“The heat map tells us if a particular access point covers a certain amount of space and where the next one needs to be located,” said Foster. “We’ve been focusing on building interiors, but there will be a little spillover into some common outside areas, but this phase is just for the buildings. We know we have some wireless usage in the outside areas, however, because users in those areas have been able to tap into the network.”
While hard-wired speed access will most likely always be faster, the campus environment has an increasing need for wireless access because of the widespread use of laptops and other mobile devices that are or will very soon be part of the everyday culture.
“That’s really where technology is going with all the handheld devices; it’s more and more wireless, so this really just lays the foundation for being able to provide those services when those applications are ready,” said Foster. “Basically, what it comes down to is that our students expect wireless. And so do our faculty, who have more and more need to use wireless capabilities so we are trying to be responsive to that.
“Before we would get feedback that wireless access was unavailable or not reliable, but again that was simply because we hadn’t fully rolled out the project. Now, we want to communicate this because we are at the point where we hope faculty, students and staff will experience improved wireless access and reliability. Phase one and two are in all the campus buildings, but even though we say phase two is complete, it’s not really over because we know we will need to go back and make improvements.”
Naturally, access is focused on areas that are considered high traffic such as the University Library or Horn Center.
“In the University Library we will have 46 access points because we want to make sure every corner of the library is covered,” said La. “One access point can serve a certain amount of users so almost 10 percent of our total campus-wide access points will be in the library. In the academic building next door we are putting in 20 access points because we know that is also pretty heavy user traffic and we are looking at the Horn Center and a couple of other places that would tend to have a high concentration of users. So, rather than spreading the access points out evenly all over the place, we are looking at places that would have a lot of users hanging around.”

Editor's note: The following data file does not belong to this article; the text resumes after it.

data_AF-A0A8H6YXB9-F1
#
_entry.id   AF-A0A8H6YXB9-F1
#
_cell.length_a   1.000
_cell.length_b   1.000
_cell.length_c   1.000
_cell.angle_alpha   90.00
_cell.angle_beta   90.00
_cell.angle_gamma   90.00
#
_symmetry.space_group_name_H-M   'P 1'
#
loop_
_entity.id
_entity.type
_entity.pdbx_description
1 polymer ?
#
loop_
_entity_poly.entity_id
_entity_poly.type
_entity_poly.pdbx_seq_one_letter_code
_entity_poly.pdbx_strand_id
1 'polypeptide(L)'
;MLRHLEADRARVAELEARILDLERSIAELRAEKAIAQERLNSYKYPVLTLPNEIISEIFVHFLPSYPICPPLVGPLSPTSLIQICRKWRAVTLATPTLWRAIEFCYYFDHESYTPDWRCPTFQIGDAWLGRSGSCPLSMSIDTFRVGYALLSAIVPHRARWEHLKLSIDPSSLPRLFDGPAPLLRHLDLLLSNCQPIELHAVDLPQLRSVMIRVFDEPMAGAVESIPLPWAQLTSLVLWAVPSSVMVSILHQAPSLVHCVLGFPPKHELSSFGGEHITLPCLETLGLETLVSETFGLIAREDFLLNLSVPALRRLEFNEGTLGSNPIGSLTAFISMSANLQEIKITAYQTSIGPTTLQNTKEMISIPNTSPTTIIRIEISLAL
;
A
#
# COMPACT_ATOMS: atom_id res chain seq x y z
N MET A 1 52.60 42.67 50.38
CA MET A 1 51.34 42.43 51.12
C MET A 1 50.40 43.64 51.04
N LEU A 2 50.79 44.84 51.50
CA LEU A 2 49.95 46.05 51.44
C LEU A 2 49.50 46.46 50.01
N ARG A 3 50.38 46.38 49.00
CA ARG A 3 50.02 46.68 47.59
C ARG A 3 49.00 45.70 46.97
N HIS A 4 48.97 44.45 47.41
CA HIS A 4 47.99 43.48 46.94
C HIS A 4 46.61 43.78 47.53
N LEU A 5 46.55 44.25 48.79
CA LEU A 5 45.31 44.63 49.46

In addition, they took into consideration feedback from department managers, chairs, deans and other administrators after asking them if they have areas they wanted to see wireless access made available.
“We don’t pretend that this is going to be a fully saturated campus for wireless access, but it will get a lot closer to where we want to be,” said Foster. “We’re trying to put the reliability and accessibility out there and we want to make continual improvements and investments over time. We should have 100 percent of the interior buildings covered, but not every square foot of the campus. Some places where we had access points before should have a better signal now because of more density and some overlap.”
Next up is phase three, which will begin at the end of the year, budget permitting, and is geared toward providing wireless access to outdoor areas.
“We will do our homework and then by the spring we should know how much it will cost and if we have enough budget to continue adding more access points,” said La. “Placing the devices indoors in relatively simple, but when you put them outdoors you have to provide a data connection and power and put them in a secure and weatherproof place, so we’re working on that.”